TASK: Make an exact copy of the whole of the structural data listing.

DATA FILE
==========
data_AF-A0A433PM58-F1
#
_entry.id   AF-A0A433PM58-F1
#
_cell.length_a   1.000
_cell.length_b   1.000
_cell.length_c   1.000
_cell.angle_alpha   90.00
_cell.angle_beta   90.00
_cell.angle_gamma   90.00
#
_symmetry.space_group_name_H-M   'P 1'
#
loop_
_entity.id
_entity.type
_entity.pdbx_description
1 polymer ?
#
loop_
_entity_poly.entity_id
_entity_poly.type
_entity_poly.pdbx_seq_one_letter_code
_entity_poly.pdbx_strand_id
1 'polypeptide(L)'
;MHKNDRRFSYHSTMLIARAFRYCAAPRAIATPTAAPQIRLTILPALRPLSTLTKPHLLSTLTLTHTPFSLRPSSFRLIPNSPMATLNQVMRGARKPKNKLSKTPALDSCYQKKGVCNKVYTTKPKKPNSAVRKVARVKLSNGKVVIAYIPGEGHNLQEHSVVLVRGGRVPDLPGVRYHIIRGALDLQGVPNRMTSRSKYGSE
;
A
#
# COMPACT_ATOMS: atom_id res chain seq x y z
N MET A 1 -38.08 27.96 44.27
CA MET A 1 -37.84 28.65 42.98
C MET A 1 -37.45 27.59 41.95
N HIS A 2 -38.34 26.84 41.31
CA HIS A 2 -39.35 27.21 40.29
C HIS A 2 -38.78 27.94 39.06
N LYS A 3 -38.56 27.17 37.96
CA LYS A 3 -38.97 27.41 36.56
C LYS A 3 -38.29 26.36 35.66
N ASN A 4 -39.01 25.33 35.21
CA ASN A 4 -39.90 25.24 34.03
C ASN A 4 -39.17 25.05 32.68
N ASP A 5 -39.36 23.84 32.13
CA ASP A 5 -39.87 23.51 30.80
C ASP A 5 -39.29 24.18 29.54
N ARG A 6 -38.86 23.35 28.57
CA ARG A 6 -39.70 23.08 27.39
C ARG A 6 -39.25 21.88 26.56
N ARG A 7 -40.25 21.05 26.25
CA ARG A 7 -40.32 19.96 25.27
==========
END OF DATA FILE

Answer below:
data_AF-A0A433PM58-F1
#
_entry.id   AF-A0A433PM58-F1
#
_cell.length_a   1.000
_cell.length_b   1.000
_cell.length_c   1.000
_cell.angle_alpha   90.00
_cell.angle_beta   90.00
_cell.angle_gamma   90.00
#
_symmetry.space_group_name_H-M   'P 1'
#
loop_
_entity.id
_entity.type
_entity.pdbx_description
1 polymer ?
#
loop_
_entity_poly.entity_id
_entity_poly.type
_entity_poly.pdbx_seq_one_letter_code
_entity_poly.pdbx_strand_id
1 'polypeptide(L)'
;MHKNDRRFSYHSTMLIARAFRYCAAPRAIATPTAAPQIRLTILPALRPLSTLTKPHLLSTLTLTHTPFSLRPSSFRLIPNSPMATLNQVMRGARKPKNKLSKTPALDSCYQKKGVCNKVYTTKPKKPNSAVRKVARVKLSNGKVVIAYIPGEGHNLQEHSVVLVRGGRVPDLPGVRYHIIRGALDLQGVPNRMTSRSKYGSE
;
A
#
# COMPACT_ATOMS: atom_id res chain seq x y z
N MET A 1 -38.08 27.96 44.27
CA MET A 1 -37.84 28.65 42.98
C MET A 1 -37.45 27.59 41.95
N HIS A 2 -38.34 26.84 41.31
CA HIS A 2 -39.35 27.21 40.29
C HIS A 2 -38.78 27.94 39.06
N LYS A 3 -38.56 27.17 37.96
CA LYS A 3 -38.97 27.41 36.56
C LYS A 3 -38.29 26.36 35.66
N ASN A 4 -39.01 25.33 35.21
CA ASN A 4 -39.90 25.24 34.03
C ASN A 4 -39.17 25.05 32.68
N ASP A 5 -39.36 23.84 32.13
CA ASP A 5 -39.87 23.51 30.80
C ASP A 5 -39.29 24.18 29.54
N ARG A 6 -38.86 23.35 28.57
CA ARG A 6 -39.70 23.08 27.39
C ARG A 6 -39.25 21.88 26.56
N ARG A 7 -40.25 21.05 26.25
CA ARG A 7 -40.32 19.96 25.27